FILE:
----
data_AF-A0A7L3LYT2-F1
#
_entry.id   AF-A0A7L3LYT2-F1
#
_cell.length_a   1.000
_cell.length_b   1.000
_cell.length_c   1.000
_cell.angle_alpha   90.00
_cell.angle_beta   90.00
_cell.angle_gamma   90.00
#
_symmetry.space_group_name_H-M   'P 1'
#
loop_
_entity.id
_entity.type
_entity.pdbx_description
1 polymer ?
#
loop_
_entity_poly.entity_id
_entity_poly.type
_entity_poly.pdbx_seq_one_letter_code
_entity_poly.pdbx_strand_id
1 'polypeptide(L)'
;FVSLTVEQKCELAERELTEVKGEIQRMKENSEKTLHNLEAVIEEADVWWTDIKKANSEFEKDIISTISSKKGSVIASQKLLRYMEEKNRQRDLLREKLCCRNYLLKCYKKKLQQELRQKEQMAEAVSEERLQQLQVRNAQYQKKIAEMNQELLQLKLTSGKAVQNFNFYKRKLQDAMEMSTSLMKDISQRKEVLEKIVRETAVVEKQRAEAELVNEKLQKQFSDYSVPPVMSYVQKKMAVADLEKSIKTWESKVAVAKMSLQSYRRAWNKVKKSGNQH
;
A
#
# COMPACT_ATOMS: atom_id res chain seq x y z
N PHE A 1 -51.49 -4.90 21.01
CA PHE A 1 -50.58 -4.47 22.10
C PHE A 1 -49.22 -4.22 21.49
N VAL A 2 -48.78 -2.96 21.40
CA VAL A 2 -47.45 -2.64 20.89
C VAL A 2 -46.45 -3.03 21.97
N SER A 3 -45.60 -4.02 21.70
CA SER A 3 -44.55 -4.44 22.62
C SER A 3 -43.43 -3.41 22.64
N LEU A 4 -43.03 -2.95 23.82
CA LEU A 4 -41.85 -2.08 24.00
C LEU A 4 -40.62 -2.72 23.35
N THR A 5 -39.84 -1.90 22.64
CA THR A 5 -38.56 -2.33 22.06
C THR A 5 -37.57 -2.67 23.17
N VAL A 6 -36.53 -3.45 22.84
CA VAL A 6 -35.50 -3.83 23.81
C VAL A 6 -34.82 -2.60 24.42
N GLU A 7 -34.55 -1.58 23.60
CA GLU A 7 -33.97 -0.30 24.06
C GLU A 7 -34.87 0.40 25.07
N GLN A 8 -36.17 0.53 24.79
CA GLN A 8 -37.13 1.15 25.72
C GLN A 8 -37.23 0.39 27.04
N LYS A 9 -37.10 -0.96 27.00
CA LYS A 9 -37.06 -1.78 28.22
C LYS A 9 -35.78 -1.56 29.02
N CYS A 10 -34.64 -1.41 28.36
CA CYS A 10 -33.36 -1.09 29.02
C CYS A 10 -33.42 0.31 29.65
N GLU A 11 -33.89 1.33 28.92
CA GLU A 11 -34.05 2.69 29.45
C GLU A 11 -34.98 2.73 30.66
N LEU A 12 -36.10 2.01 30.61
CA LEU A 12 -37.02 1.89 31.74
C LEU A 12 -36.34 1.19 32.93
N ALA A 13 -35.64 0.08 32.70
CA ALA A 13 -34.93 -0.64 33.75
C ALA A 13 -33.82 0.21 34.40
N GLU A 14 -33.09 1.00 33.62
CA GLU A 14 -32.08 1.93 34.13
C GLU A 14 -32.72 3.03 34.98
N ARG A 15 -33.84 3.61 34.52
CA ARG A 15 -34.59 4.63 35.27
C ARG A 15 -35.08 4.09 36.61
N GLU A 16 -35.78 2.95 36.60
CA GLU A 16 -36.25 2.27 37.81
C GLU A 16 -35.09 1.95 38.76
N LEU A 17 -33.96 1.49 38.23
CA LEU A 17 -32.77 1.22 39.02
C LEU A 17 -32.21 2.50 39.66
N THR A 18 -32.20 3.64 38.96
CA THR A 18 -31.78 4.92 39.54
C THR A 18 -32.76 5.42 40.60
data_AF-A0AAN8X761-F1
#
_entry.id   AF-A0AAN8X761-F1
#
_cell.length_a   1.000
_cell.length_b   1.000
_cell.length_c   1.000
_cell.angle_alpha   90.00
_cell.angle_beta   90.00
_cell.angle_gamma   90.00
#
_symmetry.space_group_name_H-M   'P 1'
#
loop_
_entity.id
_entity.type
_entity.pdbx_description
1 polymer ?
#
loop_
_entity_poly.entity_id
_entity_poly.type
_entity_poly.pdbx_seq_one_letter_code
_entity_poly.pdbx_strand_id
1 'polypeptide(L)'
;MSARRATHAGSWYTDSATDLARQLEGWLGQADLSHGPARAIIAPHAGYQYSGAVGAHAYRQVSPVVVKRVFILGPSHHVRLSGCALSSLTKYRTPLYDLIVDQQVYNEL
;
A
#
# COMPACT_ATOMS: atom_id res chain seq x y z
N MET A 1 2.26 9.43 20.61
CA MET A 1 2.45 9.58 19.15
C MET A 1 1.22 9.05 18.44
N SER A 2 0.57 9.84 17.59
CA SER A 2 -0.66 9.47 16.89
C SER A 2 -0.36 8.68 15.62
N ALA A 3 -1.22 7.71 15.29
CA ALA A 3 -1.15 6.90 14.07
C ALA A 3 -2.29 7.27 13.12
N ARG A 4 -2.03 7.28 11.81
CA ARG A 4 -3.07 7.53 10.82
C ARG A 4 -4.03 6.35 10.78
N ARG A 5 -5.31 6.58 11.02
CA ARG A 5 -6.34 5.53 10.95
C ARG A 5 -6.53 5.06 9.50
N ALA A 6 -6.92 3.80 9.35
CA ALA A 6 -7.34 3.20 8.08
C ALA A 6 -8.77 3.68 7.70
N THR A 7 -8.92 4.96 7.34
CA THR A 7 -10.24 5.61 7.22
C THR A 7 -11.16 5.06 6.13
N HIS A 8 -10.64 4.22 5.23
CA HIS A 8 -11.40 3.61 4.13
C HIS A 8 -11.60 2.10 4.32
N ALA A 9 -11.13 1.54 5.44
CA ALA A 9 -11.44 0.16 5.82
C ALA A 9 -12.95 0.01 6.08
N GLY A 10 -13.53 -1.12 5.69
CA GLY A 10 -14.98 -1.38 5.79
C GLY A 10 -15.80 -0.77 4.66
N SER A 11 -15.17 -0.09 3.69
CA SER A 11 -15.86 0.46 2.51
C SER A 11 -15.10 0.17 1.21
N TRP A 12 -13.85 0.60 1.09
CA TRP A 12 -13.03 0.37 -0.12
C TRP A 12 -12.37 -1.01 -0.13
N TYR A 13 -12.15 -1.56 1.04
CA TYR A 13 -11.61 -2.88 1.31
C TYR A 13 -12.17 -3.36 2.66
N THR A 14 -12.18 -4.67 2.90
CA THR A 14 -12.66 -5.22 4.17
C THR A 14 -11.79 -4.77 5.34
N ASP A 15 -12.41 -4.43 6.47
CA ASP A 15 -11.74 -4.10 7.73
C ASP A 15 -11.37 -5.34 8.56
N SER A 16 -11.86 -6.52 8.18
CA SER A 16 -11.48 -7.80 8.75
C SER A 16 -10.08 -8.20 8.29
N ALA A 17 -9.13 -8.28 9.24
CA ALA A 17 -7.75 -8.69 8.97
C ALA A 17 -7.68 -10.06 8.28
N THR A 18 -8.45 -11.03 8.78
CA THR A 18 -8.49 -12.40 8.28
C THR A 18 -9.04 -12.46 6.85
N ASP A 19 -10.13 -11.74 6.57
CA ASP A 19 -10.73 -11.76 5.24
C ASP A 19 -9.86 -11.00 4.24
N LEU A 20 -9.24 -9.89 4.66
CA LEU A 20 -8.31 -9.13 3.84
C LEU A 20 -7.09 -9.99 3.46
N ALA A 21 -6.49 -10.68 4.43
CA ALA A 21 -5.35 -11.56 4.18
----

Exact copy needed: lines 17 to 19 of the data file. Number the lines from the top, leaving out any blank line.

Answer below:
_entity.pdbx_description
1 polymer ?
#